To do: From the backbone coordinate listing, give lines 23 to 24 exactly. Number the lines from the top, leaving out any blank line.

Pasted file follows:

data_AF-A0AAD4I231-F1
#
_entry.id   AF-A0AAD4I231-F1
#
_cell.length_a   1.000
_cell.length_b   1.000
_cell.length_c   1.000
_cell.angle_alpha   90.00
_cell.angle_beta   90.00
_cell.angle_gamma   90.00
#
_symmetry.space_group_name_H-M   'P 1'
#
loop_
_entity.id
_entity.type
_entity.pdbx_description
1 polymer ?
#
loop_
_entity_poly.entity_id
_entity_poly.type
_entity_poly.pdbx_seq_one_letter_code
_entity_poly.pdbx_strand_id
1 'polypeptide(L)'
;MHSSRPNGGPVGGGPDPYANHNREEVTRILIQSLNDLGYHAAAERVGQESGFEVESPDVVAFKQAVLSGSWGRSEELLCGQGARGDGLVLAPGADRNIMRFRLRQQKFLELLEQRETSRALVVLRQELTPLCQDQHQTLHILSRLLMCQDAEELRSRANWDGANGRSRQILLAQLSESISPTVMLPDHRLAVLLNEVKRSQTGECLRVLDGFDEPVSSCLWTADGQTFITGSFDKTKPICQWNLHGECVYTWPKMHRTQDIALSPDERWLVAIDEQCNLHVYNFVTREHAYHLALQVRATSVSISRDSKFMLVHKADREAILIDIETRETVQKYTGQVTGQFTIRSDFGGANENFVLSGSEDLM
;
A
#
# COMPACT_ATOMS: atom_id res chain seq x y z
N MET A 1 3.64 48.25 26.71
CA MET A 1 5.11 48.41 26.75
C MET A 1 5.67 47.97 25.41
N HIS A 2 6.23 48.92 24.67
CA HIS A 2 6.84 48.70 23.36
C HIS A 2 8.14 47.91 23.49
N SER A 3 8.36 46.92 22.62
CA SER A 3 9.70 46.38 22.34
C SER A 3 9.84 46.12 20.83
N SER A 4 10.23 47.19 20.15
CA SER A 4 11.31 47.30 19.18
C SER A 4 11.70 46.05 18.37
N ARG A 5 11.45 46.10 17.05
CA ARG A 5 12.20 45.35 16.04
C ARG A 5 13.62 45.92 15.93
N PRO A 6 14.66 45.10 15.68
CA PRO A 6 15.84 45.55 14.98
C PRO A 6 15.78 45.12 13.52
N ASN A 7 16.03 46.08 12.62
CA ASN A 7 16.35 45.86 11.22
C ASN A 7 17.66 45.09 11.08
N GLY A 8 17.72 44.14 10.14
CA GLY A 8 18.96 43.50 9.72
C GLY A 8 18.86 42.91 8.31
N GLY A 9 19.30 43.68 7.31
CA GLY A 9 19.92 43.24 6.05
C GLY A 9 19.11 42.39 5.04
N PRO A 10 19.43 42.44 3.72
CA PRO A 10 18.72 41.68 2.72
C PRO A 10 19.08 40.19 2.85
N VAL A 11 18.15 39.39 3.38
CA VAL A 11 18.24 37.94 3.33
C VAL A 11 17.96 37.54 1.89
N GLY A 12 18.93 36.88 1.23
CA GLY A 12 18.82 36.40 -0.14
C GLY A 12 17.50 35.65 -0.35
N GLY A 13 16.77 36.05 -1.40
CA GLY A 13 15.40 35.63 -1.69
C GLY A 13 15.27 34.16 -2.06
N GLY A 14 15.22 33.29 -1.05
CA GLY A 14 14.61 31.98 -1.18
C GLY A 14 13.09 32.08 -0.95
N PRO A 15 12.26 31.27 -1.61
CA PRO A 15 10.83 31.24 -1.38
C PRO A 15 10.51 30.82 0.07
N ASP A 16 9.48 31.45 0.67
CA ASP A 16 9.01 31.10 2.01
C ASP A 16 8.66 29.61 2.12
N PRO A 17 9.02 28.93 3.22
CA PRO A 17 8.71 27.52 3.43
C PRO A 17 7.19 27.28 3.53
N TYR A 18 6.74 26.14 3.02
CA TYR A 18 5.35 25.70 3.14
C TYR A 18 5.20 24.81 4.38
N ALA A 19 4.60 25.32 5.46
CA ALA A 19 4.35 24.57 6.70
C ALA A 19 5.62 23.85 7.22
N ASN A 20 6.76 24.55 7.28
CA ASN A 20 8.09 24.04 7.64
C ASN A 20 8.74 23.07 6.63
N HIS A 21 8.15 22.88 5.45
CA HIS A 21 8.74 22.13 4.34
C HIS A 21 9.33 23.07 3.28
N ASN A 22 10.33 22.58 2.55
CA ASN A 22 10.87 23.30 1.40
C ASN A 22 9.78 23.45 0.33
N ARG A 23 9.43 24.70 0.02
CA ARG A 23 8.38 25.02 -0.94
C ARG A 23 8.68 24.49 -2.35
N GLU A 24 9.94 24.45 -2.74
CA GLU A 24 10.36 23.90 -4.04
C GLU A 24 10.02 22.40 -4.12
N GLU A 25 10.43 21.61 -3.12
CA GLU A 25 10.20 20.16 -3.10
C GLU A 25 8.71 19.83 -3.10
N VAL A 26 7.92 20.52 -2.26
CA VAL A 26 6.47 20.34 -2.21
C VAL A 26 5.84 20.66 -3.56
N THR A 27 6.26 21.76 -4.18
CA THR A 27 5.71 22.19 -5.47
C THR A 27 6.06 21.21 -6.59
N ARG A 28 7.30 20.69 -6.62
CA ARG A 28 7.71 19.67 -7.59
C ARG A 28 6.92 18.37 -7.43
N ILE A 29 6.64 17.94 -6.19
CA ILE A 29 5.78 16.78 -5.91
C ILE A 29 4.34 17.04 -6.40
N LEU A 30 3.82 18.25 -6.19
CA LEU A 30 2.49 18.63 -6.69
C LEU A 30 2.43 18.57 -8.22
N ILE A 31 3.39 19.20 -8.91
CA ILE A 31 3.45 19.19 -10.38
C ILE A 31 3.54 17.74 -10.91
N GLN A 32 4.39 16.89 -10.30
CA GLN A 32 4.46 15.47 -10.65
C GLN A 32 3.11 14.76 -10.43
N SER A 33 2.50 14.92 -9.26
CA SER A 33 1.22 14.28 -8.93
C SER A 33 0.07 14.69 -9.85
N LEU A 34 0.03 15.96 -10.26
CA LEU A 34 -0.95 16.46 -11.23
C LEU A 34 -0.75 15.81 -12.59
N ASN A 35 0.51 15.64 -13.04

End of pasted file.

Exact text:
_entity_poly.pdbx_seq_one_letter_code
_entity_poly.pdbx_strand_id